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Suspect Denies Carrying Metal Tool

June 29, 2004|Scott Glover and Matt Lait | Times Staff Writers

A suspected car thief pummeled with a flashlight last week by a Los Angeles police officer denied Monday being in possession of metal wire cutters, challenging the officer's claim that he beat the suspect after another policeman mistook the tool for a gun.

The black suspect, Stanley Miller, whose videotaped beating at the hands of a Latino officer has refocused national scrutiny on the Los Angeles Police Department, also reiterated an earlier claim that he never heard any officer yell "gun" and has no idea why he was beaten, Miller's lawyer said after interviewing his client in County Jail.

"He had no wire cutters or any metal object whatsoever," said the lawyer, Mark Werksman. "If [the police] came up with something, the information I'm getting is they either planted it on him or they're making it up."

Werksman said his 36-year-old client told him he was wearing baggy sweatpants with loose pockets that would not hold things securely. For that reason, he said, Miller was running with his possessions in his hands -- a cellphone in one hand, and a five dollar bill and three ones in the other.

"The burden is on the police to explain this apparently illegal excessive force," Werksman said.

Officer John J. Hatfield, the patrolman who kicked and then struck Miller 11 times with his metal flashlight, told investigators last week that he delivered the blows to stun Miller after an officer trying to handcuff the suspect yelled that the man was armed with a gun, sources close to the investigation told The Times.

Police Chief William J. Bratton and other top LAPD officials have made no official comment on whether Miller was in possession of wire cutters or on any other aspect of the ongoing investigation.

One source familiar with the case scoffed at the notion that officers planted a pair of wire cutters on Miller as news helicopters hovered above the scene and numerous other officers milled about.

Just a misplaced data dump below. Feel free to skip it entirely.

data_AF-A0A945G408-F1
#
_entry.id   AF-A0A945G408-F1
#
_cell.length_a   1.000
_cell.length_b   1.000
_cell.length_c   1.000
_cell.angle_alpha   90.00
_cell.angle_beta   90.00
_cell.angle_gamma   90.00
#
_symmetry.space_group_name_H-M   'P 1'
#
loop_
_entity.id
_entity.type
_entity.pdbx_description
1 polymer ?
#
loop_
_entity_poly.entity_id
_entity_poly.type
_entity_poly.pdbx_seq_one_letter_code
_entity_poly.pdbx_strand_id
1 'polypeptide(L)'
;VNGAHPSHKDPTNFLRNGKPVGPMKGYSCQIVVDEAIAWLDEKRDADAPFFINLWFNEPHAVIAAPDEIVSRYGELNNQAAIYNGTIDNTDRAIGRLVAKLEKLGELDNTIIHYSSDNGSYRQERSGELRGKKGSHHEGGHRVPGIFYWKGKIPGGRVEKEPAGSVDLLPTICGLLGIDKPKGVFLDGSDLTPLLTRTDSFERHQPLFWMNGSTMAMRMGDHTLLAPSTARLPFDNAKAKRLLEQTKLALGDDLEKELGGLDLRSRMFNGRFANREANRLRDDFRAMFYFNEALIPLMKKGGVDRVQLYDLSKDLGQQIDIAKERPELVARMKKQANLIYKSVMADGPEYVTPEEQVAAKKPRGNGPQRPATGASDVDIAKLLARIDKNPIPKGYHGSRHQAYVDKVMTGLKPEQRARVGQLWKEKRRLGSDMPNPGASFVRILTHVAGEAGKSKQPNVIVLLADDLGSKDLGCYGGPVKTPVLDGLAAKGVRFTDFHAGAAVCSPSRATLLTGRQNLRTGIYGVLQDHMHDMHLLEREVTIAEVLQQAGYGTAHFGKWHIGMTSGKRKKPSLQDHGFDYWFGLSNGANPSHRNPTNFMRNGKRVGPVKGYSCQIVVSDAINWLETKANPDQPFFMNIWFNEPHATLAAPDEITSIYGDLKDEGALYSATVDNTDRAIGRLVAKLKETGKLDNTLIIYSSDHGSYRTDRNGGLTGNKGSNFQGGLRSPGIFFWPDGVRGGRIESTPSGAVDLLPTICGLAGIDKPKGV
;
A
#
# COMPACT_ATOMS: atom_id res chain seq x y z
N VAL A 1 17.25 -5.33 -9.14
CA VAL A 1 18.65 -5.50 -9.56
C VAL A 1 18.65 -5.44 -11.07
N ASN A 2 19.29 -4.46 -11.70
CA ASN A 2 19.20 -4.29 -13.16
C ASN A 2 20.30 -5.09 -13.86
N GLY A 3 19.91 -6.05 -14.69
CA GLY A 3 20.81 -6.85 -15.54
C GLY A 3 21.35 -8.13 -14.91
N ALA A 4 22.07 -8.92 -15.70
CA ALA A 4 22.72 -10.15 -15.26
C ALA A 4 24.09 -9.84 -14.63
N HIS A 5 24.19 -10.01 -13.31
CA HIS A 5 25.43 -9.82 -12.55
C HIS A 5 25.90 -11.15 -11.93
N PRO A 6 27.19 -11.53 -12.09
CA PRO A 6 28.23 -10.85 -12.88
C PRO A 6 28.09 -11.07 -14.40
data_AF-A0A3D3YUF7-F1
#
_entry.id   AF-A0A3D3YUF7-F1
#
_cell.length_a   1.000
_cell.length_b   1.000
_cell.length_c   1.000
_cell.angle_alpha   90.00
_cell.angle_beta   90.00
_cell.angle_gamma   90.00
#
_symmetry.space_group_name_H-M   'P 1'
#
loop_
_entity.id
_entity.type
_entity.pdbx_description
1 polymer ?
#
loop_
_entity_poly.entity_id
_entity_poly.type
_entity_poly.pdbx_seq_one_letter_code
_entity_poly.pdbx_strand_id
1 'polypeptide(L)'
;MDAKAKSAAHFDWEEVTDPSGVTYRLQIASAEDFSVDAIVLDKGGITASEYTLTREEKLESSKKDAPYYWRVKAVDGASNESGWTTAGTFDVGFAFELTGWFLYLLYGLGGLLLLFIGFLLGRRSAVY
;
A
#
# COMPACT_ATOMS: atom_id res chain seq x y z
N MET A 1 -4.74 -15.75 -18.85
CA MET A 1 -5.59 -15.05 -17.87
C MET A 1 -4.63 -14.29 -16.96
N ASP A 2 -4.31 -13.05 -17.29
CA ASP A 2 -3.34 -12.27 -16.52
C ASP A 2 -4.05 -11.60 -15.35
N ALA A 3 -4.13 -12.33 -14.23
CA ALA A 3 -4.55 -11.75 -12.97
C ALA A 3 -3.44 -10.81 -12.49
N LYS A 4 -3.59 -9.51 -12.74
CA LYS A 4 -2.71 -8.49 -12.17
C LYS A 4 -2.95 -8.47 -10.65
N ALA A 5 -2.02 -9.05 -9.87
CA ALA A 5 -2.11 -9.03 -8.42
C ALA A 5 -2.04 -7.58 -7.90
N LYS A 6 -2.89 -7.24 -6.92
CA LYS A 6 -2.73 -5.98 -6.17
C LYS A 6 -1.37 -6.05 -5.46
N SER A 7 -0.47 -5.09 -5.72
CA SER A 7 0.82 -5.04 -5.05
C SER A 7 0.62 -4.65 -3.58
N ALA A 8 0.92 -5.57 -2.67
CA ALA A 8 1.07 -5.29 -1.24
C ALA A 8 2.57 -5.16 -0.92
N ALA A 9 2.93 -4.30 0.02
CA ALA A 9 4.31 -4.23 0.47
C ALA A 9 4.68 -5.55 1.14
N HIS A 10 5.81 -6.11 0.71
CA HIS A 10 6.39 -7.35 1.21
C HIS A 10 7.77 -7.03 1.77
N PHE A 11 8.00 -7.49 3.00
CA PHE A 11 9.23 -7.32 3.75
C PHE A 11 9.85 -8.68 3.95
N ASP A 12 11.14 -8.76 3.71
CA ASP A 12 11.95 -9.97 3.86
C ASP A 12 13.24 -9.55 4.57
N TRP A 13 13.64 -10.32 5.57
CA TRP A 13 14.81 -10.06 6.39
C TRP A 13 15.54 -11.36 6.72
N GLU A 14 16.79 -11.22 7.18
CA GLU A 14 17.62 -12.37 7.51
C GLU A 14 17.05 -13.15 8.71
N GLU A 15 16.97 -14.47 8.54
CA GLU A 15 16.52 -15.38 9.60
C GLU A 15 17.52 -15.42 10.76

"These officers go in foot pursuit of a guy and they just happen to have a pair of wire cutters on them?" the source asked. "I mean come on -- it's totally implausible."

Court records show that Miller has convictions for car theft and attempted burglary. In one probation report he was described as a longtime crack-cocaine user.

According to police, officers noticed Miller driving a white Toyota Camry through a stop sign at Figueroa Street and Laconia Boulevard in South Los Angeles near the Harbor Freeway about 5:15 a.m. Wednesday. They checked the license plate and learned the car had been reported stolen.

When police tried to pull over Miller, he led them on a 28-minute chase. At the conclusion of the pursuit, Miller got out of the car and tried to escape on foot. Apparently out of breath, he finally raised his arms and appeared to surrender to an officer at gunpoint.

The officer then re-holstered his weapon and tackled Miller in an attempt to handcuff him. Seconds later another officer and Hatfield arrived at the scene to assist. Hatfield, allegedly responding to a fellow officer yelling "gun" as he felt a hard metal object in the suspect's pants, is seen on videotape first kicking, then repeatedly striking Miller while the other two officers try to handcuff him.

Werksman said his client was shocked by the attack.

"He thought it was over when he saw the officer who commanded him to the ground put his gun away," Werksman said, "which made the beating all the more mystifying."

Laurie Levinson, a professor at Loyola Law School and former federal prosecutor, said any evidence that the police weren't telling the truth about the incident could be devastating if the case resulted in criminal charges against one or more of the officers.

"Police are allowed to use force. But if they're lying about why they're using the force, jurors are less likely to believe that the force was required," Levinson said. "If you have evidence that police officers tried to fabricate an excuse for hitting a suspect, that would be really compelling evidence of police misconduct."

She cited the 1991 police beating of Rodney G. King as an example.

"What ended up making the case, as much as any other evidence, was the alleged cover-up," she said.

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